I still remember the ease of not having to carry my wallet to visit the 7eleven store for my midnight munchies, as I could simply tap my phone to pay for everything. Back then it was a matter of convenience however, now, this simplistic gesture of paying with a phone is becoming “the new” necessity.
With the lockdown slowly coming to an ease, businesses all over the country are regaining some momentum which inevitably is generating cash flow. However, fear of contamination due to the pandemic has caused many (payer and payee) to opt for precautious measures and extreme change of mindsets regarding their daily habits and thus, slowly shifting their payment preferences from peer-to-peer cash transactions to much safer contactless alternatives.
In a market where businesses and financial institutes have not yet utilized the card payment system to its maximum potential, introduction of a more technologically advanced alternatives has always been a challenge. Yet, services like E-Sewa, FonePay and Connect IPS are operational and thus are proving a safer alternative for transactions in these dire times of social distancing and hand sanitizing. This accelerated new normal of transaction technology might just be the base of the new economic ecosystem and here’s our bit on understanding alternative payments.
The future that lies ahead
As cliché as it may sound, “mobile payment may just be the future”. The sophisticated network of consumer, merchants, financial institutes and payment processes has never been connected with such an ease. Gone are those days of waiting in lines to pay and those resource consuming three step transaction process (customer-merchant-bank-merchant). Transactions are becoming effortless with a simple scan of QR code or tap of a button. Due to this, the rate of cash transaction is slowly decreasing around the world. It was just the matter of time that mobile transactions would have been adopted as the preferred payment option for any transactions. Plus, after the advice from WHO to the consumers to wash their hands after handling cash, a psychological perception has been created that has made people reluctant to get into any peer-to-peer monetary transactions, thus, accelerating the contactless payment scenario.
From the survey by the Economist Intelligence Unit (EUI) in January/February 2020, we can get a good brief on the global mix of consumer payment methods just as the pandemic was gathering momentum outside China and understand that the world is heading towards a cashless society.
Nepal is in the earliest stages of digitizing its transactions. With the introduction of E-Sewa in mid-2009, many mobile payment and mobile wallet apps such as FonePay, Connect IPS, Khalti and many others are currently emerging out and stabilizing in the market. Banks have partnered up with various developers and are providing mobile app which enables every customer to perform day to day banking transactions (including transfer, payment and checking) digitally, making banking processes much easier and quicker than the traditional days.
From its inception in 2009, mobile banking sector has had 8.34 million register users i.e. 25.6% of the total registered bank accounts (32.6 million) across the nation. According to the report, compared to the data from 3 years ago, mobile banking users has increased by 5 times which only inclines to the fact that with the increase communication infrastructure, mobile banking users will also increase.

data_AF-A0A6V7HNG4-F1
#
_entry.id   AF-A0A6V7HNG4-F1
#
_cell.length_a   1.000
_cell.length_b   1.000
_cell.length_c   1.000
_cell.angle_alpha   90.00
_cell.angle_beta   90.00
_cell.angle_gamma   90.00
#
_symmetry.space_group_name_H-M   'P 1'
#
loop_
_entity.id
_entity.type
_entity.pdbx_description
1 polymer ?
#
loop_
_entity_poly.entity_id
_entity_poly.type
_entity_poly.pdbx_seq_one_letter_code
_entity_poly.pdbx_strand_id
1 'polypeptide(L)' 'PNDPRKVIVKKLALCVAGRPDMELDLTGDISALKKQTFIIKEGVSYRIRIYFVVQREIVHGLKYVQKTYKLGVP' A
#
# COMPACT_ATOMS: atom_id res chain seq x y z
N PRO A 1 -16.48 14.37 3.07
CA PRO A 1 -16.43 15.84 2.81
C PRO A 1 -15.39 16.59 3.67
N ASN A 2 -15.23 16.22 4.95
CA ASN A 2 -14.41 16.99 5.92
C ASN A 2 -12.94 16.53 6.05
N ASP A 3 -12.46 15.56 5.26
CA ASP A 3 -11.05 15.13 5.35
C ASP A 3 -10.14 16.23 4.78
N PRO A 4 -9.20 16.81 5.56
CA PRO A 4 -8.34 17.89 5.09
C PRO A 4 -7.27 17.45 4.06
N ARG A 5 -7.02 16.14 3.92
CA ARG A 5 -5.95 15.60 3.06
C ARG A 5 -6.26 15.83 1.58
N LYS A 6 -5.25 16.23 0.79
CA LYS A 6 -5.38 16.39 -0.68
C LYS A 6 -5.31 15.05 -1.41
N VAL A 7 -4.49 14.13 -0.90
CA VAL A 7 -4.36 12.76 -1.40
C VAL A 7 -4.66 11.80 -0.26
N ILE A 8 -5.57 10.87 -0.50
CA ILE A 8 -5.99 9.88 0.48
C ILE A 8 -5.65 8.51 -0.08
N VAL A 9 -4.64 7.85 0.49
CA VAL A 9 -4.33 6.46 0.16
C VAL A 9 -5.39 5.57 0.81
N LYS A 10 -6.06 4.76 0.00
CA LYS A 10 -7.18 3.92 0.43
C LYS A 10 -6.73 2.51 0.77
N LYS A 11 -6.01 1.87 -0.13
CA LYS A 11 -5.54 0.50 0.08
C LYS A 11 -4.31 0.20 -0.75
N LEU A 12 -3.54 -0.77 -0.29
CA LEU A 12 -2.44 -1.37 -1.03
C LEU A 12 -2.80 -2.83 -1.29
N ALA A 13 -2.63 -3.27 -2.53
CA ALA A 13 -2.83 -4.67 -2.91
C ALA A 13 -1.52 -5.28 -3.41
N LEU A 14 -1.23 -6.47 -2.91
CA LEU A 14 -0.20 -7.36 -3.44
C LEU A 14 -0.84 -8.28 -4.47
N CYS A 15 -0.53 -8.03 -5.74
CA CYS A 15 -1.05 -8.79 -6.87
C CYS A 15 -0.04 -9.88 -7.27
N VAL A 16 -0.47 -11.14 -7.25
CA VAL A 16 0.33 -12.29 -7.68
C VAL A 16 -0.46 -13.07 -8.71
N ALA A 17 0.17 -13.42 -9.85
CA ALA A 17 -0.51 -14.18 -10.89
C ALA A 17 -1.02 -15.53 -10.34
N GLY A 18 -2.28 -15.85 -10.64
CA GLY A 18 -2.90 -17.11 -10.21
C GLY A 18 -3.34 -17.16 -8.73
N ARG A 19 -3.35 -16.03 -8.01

What are the challenges?
With every new innovation and technology there are always few challenges. Alternative payment services also have many challenges that needs to be dealt with. First and foremost is the security risks involved in these payment methods. Since these applications and services store personal information and bank details, many people are afraid of getting hacked. However, various security measures have been implemented, such as pin lock, facial recognition (IOS) and fingerprint code lock to provide a secure and seamless option for the end users.
Keeping the security risks aside, mobile payment services also require a certain level of infrastructure for it to run smoothly. First, every-citizen should own a smart phone that at least fulfills the minimum specific requirement of the app. Second, there should be a decent working internet connection and third, all the users should have an adequate knowledge on how to use the application. Yes, these alternative payments provide seamless option for transaction. Yet, these services are only good if you know how to use them and if there is a proper infrastructure where it functions.
Nepal is, like mentioned earlier, in its early stages of digitization. There are many requirements that needs to be met, information to be passed and strategies to be applied for Nepal to be declared a cashless nation. However, even though if the mobile payments grabs the market, the need of physical cash will never disappear. COVID-19 has accelerated the path way to a future in which cash payment are the exception rather than the norm. The future of mobile payments seem to dominate the transaction market with the trend already seen in people leaning into the easier and safer mobile wallets applications. Whilst there is still far more development required in this sector, the path way towards a cashless nation seems clear.
 8.34 million Nepalis have access to mobile banking services. Retrieved June 2020, from The Kathmandu Post: https://kathmandupost.com/money/2019/10/16/8-34-million-nepalis-have-access-to-mobile-banking-services
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